Hegel's theme was the state. Freedom is not God-given as the Enlighteners held, but granted by the state. Under the principle 'as above, so below' the state acts as the instrument of God. It is the 'ethical whole', the 'actualization of freedom', and the self-consciousness of the Absolute. As a mere aspect of the state it is the individual's duty to submit to its needs, and worship it as a 'terrestrial divinity'."
Since Marx was a student of Hegel's you may be justified in assuming that this is the ground zero of Socialism. But we must go even beyond that. Both Kant and Hegel were great admirers of Rousseau (1712-1778), the inventor of a foul notion he called "Common Will".

From "Radical Rousseau's Ravages": The latter is a concept that in Rousseau's approach requires state intervention. This should not be confused with the 'common good'. It is a far more developed conception which, and unlike the former, can only be realized in the context of civil society under the state ["Radical Enlightenment", p. 720). For the creation of a society of common will, "freedom of all the people", they need only accept the dictates of the state. This was Rousseau's essence of "true civilization." The struggle between rich and poor would then rise to a moral experience of self-restraint. [Wildmonk]


Imagine the world as a dome. Is it an empty space? Is it God's gift to humanity and a theater in which to pursue man's eternal rights to life, liberty and happiness (or property)? Or is the dome filled with Rousseau's nebulous collective ether, made up of humanity's Common Will under the State from which temporal rights are derived? We know Obama told us he likes the latter, in passing also equivocating the redistribution of wealth (or "social justice") with "economic freedom" (Orwell is his master).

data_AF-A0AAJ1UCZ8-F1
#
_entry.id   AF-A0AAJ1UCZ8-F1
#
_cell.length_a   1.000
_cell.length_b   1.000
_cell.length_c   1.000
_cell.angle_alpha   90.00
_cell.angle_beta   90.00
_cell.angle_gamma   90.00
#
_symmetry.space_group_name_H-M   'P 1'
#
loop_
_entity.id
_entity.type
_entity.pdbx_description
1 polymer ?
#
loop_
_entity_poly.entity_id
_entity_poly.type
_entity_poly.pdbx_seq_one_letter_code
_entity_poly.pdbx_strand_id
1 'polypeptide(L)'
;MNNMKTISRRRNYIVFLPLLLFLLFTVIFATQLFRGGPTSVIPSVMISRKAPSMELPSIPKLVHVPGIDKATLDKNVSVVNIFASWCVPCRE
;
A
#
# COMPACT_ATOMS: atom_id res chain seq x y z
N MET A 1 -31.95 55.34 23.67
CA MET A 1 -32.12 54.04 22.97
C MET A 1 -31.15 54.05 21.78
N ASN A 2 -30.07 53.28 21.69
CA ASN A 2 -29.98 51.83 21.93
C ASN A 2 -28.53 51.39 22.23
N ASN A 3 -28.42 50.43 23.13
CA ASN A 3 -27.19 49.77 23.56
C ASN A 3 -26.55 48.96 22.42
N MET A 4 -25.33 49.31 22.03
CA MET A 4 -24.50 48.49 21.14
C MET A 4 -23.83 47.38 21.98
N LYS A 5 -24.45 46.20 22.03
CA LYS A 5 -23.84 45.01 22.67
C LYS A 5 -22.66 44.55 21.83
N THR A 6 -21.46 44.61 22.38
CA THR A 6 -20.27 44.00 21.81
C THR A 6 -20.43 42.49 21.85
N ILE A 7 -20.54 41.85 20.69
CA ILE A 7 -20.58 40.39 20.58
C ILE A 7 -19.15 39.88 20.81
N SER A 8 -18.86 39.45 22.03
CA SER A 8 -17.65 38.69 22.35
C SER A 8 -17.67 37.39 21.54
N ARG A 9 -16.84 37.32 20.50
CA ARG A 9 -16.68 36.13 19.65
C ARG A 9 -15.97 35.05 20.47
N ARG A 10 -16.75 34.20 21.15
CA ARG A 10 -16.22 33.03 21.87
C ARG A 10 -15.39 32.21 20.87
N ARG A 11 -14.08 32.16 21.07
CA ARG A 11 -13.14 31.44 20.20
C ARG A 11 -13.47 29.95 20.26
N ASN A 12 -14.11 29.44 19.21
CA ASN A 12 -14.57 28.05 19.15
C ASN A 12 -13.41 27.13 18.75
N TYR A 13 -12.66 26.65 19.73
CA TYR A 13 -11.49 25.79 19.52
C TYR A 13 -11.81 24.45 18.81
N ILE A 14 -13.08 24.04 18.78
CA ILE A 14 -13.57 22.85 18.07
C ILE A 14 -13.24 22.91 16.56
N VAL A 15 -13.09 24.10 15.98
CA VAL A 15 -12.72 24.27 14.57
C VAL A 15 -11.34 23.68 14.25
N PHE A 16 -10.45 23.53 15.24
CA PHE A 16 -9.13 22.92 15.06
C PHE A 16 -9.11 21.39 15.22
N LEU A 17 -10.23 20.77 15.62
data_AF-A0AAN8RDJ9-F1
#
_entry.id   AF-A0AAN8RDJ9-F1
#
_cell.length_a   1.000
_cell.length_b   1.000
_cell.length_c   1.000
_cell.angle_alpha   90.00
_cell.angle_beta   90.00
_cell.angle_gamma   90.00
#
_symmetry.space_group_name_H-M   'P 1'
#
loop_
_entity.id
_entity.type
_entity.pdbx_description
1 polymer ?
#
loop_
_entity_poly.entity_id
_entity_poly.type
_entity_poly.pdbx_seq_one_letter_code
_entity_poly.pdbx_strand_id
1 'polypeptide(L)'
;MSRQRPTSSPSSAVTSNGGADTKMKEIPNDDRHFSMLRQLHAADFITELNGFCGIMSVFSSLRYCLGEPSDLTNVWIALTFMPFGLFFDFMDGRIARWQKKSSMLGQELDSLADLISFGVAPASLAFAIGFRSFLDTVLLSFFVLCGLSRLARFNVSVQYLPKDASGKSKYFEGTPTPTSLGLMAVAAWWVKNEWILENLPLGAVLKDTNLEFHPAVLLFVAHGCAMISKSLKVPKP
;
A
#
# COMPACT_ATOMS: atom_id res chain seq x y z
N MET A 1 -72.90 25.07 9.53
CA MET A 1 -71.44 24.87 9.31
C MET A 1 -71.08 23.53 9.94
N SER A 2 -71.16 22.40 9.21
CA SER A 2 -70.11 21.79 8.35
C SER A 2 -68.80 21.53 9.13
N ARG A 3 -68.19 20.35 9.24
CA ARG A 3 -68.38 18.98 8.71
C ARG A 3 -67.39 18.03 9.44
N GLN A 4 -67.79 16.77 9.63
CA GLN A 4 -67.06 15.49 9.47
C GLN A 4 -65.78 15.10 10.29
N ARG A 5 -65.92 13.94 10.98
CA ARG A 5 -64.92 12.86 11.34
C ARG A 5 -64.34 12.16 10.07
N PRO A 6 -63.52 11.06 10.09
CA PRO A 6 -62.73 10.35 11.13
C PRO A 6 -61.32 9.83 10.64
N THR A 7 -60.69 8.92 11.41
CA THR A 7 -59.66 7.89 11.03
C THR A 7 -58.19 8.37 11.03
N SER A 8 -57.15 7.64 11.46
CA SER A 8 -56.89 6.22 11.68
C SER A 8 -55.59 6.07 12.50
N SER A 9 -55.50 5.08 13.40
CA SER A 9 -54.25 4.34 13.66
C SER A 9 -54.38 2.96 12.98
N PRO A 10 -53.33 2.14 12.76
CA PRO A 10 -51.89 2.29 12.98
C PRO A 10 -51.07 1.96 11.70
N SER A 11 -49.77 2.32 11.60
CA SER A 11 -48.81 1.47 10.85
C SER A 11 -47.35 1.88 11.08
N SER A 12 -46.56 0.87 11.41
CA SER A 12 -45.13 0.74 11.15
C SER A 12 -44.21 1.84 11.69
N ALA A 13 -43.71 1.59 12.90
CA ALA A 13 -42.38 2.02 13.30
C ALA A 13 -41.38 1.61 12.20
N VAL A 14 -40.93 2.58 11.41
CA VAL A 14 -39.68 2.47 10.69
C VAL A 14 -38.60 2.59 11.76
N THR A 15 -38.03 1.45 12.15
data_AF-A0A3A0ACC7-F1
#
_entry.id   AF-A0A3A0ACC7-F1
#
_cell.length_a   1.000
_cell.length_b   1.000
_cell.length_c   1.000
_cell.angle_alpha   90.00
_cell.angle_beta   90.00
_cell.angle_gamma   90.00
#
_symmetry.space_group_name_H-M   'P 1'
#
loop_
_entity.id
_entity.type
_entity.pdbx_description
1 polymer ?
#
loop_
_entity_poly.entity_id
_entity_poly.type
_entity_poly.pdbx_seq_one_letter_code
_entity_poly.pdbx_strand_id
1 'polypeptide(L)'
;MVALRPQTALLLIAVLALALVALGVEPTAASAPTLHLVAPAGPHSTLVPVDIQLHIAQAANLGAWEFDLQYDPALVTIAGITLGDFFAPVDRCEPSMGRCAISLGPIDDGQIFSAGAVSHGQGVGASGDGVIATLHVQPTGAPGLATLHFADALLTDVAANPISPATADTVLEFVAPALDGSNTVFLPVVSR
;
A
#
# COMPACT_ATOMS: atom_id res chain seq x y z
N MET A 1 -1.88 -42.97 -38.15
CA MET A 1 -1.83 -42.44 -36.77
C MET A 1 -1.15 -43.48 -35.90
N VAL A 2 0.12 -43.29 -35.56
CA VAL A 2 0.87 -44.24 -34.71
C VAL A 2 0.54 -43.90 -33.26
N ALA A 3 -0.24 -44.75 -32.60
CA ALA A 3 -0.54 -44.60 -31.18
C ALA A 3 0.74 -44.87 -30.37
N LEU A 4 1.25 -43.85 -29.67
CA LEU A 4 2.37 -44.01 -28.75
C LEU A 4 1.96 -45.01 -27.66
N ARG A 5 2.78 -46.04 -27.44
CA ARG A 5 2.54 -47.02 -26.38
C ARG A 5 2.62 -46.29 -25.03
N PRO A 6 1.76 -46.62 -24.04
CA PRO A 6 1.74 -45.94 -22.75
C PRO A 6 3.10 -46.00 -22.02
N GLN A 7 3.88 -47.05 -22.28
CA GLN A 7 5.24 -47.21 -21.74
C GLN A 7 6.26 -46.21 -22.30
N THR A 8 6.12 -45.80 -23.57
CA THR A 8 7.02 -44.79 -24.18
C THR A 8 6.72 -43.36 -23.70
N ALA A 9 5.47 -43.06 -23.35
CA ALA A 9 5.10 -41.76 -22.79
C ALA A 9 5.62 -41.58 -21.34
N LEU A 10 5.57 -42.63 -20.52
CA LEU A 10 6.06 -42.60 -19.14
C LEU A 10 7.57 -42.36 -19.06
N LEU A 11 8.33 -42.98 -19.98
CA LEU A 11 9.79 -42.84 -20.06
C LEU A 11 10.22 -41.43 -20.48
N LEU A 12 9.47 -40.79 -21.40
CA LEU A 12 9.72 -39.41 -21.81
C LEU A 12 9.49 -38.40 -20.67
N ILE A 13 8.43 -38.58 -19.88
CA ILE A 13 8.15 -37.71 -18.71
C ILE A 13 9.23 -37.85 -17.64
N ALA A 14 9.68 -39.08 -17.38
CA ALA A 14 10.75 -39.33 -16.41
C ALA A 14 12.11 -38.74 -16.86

This is the difference between freedom and bondage; liberty or statism; the Anglo-Saxon model or the Rhineland system; God given, inherent, eternal, individual rights - or temporal, collective rights derived from the State. The choice is yours.

We live in epic times. Global warming hysteria is the perfect narrative for enslavement to a global tyranny: a common enemy within and without demanding all encompassing collective measures, the Common Will to which we must all submit for the sake of the common good. We are sleepwalking into the trap. Consider these two examples, produced within a day of "Hopenhagen":

AP: "Climate reality: Voluntary efforts not enough" [go ahead, sue me!]


(...) analysis by the United Nations and outside management systems experts show that those voluntary reductions will not keep temperatures from increasing by more than 1.3 degrees Celsius (2.3 degrees Fahrenheit) compared with now. That's the level that scientists, the United Nations, the European Union and the Obama administration have said the world cannot afford. Good intentions aren't enough.  (...) More negotiations are planned for next year. "It just underlines the heroic effort here that the science says needs to be done; it's not easy," said Alden Meyer, policy director at the Union of Concerned Scientists. "If it were easy, it would have been done. This is a daunting effort." (...) >>>